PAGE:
With its strong corporate presence, home to more than 400 corporate headquarters including JLL along with a solid talent pipeline from high quality universities, Chicago is among the world’s top ten real estate investment destinations. However, it still has sizeable issues to tackle such as managing its chronic structural budget deficit and underfunded pension liability along with its aging infrastructure before it can make the step up to the top group. It is nevertheless, however, focused on becoming a smart city as it looks to distinguish its brand and identity in the face of intense competition from fellow domestic cities including San Francisco, Boston and Dallas.
A top hub for IT and tech innovation, San Francisco is home to some of the world’s most well-known technology firms – including Uber, Airbnb and Twitter. Its reputation as a diverse, open-minded, entrepreneurial city with a high quality of life gives it a strong business appeal. However, the city’s popularity is putting pressure on the limited space. The city is already one of the densest in the country, behind only New York City and it’s the least affordable for housing in the U.S. Its focus is now on updating its infrastructure through initiatives such as the Transbay project and developing better strategies for densification.
The Canadian city combines diverse business sectors with a very strong institutional presence. It may stand to benefit from potential immigration reforms in the U.S., especially in terms of attracting tech talent yet it still has work to do to build its corporate reputation on the world stage and increase its soft power. Like other Canadian cities it also needs better infrastructure investment to cope with population growth.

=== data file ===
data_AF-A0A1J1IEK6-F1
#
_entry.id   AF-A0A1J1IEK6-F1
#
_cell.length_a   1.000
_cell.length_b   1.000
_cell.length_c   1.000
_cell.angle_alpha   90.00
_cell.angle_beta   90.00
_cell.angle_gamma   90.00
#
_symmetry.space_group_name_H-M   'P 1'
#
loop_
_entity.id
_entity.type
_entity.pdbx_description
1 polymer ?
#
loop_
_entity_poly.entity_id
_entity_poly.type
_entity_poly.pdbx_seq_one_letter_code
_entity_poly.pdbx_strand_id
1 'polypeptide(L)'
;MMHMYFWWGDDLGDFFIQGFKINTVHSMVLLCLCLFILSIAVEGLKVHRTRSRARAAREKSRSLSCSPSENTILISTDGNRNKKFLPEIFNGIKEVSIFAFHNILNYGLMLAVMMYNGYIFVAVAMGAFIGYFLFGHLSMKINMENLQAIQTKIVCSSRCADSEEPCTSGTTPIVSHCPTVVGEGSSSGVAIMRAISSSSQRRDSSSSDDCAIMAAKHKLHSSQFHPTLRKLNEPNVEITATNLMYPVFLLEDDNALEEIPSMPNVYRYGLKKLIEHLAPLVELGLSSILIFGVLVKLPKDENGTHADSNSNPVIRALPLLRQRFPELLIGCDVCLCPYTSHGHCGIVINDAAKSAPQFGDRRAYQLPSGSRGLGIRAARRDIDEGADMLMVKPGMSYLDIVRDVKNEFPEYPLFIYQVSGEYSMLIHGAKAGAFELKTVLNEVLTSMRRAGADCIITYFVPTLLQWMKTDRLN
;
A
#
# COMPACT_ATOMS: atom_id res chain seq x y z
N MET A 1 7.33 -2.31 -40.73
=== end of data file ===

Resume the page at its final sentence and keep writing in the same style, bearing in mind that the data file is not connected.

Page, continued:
MadridThe Spanish capital is slowly gaining in international prominence. It’s starting to carve out a niche as one of the world’s most sustainable cities and mayor Manuela Carmena has outlined a new vision for environmental awareness and quality of life. Madrid is also focusing on its smart credentials with a huge digital project designed to improve traffic congestion, pollution and public services in the city. However, it’s still failing to hold its own as a premier real estate investment destination, ranking just 30th overall in 2017 behind the likes of Berlin and Munich. Looking forward, Madrid needs to up its efforts to extend its global reach and attract more business headquarters to the city.
SydneyThe Australian city is gaining in strength through its renewed focus on metropolitan governance and infrastructure, which are helping to support an increasingly dynamic real estate sector. This is getting a further boost from the fact that Sydney has one of the world’s most transparent real estate markets, providing reassurance to its global investor base. However, the population is growing faster than new housing and infrastructure can be built and housing affordability remains a big issue.
The seat of political power in the U.S. is once again a popular real estate investment destination – and a highly transparent market - yet the city’s global power and influence is, to some degree, constrained by the presence of New York and the intense competition among other major U.S. hubs. Its future focus areas include infrastructure financing, reduce its dependence on government and government spending by diversifying its local economy and attracting more innovative industries.